Teacup

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A teacup on a saucer
A tea bowl without a handle

A teacup is a cup, with or without a handle, generally a small one that may be grasped with the thumb and one or two fingers. In some lands it is custom to raise the last finger on the hand, or "pinkie" when drinking from a tea cup. It is typically made of a ceramic material. It is usually part of a set, composed of a cup and a matching saucer. These in turn may be part of a tea set in combination with a teapot, cream jug, covered sugar bowl and slop bowl en suite. Teacups are often wider and shorter than coffee cups.

According to Mark Barcinski, it is said that Japanese teacups have no handles so one can gauge whether the tea temperature is ready for consumption: "If it is too hot to hold it, it is too hot to drink it".

Some collectors acquire numerous one-of-a-kind cups with matching saucers. Better teacups typically are of fine white translucent porcelain and can be decorated with floral patterns. They may also memorialize a location, person, or event. Such collectors may also accumulate silver teaspoons. These usually have a decorated enamel insert in the handle with similar themes.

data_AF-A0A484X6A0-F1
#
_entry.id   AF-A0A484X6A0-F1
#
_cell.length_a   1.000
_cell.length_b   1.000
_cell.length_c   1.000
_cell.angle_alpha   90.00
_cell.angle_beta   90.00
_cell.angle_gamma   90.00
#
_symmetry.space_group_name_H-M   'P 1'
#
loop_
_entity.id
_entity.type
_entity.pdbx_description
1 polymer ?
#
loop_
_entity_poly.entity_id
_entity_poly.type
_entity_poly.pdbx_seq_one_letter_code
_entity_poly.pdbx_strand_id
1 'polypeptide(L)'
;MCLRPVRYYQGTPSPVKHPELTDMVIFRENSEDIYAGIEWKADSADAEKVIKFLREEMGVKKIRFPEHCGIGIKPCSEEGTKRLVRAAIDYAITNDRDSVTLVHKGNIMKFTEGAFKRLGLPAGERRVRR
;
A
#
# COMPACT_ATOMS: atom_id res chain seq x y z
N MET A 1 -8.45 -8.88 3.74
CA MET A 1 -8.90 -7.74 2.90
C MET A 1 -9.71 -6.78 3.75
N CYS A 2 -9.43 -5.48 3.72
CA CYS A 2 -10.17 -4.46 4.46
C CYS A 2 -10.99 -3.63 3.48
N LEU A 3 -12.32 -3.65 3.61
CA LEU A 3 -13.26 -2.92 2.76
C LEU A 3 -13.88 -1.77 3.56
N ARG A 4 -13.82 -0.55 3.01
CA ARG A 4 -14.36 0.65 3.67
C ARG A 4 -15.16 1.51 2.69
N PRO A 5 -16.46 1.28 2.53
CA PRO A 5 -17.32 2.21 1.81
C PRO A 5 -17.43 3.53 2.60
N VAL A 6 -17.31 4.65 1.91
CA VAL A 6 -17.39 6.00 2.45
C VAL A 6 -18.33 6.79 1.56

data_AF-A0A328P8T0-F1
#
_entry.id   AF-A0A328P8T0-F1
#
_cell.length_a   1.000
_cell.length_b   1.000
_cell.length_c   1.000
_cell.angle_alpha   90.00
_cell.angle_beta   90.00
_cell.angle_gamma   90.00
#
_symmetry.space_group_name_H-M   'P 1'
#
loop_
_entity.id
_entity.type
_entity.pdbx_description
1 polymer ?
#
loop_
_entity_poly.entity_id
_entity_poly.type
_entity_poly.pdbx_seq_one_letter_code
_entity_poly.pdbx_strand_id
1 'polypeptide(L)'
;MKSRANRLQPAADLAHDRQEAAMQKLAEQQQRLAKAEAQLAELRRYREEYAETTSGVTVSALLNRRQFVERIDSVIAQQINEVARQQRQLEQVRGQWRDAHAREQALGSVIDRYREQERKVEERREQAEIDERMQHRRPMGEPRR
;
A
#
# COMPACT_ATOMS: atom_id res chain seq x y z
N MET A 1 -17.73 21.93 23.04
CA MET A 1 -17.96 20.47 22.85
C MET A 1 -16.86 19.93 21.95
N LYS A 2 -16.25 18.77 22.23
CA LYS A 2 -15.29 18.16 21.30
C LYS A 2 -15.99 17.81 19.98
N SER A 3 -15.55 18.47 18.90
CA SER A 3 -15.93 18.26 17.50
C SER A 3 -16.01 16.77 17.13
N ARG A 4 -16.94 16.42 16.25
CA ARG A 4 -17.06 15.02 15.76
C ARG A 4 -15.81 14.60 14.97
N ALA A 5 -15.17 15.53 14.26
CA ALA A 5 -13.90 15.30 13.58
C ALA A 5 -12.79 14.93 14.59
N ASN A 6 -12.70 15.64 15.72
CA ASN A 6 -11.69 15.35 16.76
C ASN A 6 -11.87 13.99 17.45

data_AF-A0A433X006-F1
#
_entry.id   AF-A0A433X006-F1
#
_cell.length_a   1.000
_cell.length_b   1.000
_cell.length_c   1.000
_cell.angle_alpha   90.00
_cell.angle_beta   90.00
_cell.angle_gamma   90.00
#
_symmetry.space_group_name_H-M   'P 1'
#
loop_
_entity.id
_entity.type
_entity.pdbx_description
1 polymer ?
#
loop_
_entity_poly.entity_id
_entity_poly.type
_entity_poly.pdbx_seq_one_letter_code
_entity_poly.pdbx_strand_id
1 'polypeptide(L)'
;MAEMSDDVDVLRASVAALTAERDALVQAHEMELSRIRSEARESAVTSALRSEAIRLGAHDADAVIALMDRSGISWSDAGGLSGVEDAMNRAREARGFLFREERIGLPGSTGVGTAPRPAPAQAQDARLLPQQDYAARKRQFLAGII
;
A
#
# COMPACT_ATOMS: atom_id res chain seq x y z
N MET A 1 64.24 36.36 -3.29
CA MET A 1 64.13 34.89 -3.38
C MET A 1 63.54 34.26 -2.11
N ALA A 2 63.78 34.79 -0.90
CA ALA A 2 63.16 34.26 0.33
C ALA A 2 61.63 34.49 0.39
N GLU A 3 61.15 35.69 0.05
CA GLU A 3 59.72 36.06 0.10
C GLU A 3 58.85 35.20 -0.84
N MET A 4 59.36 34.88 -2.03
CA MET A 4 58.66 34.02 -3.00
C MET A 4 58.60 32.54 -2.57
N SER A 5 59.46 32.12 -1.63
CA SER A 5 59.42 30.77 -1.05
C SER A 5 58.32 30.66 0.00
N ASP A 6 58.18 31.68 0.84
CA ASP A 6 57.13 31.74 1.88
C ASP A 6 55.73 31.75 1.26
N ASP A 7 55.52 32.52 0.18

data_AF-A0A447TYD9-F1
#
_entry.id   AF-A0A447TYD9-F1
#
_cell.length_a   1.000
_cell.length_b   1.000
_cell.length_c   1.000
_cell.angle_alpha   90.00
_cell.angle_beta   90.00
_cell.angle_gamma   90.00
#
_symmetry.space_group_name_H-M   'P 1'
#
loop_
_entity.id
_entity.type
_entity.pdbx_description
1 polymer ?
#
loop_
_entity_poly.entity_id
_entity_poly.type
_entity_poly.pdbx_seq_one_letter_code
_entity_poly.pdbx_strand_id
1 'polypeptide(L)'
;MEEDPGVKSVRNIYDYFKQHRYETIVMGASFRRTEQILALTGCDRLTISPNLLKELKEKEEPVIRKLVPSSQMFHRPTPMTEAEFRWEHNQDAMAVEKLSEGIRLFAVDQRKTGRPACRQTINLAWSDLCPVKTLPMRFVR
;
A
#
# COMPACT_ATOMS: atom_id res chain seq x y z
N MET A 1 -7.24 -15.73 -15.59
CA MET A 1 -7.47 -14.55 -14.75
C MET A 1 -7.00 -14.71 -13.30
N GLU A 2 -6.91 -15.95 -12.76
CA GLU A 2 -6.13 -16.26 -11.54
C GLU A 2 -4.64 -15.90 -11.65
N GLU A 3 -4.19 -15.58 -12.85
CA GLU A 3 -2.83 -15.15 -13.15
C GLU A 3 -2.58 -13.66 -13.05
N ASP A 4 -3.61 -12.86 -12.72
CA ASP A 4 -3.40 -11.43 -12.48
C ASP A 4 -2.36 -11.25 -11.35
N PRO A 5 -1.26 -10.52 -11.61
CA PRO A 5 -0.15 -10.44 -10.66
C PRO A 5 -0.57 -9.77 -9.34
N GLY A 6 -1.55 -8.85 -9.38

The first small cups specifically made for drinking the new beverage tea seen in Europe were exported from the Japanese port of Imari. Tea bowls in the Far East did not have handles, and the first European imitations, made at Meissen, were without handles, too. Countries in East Africa like Eritrea also use the handle-less cups to drink boon which is traditional coffee there.

Chinese teacups are very small, normally can hold no more than 30ml of liquid. They are designed to be used with Yixing teapots or Gaiwan.[1]

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References[edit]

  1. ^ www.yixing.co.uk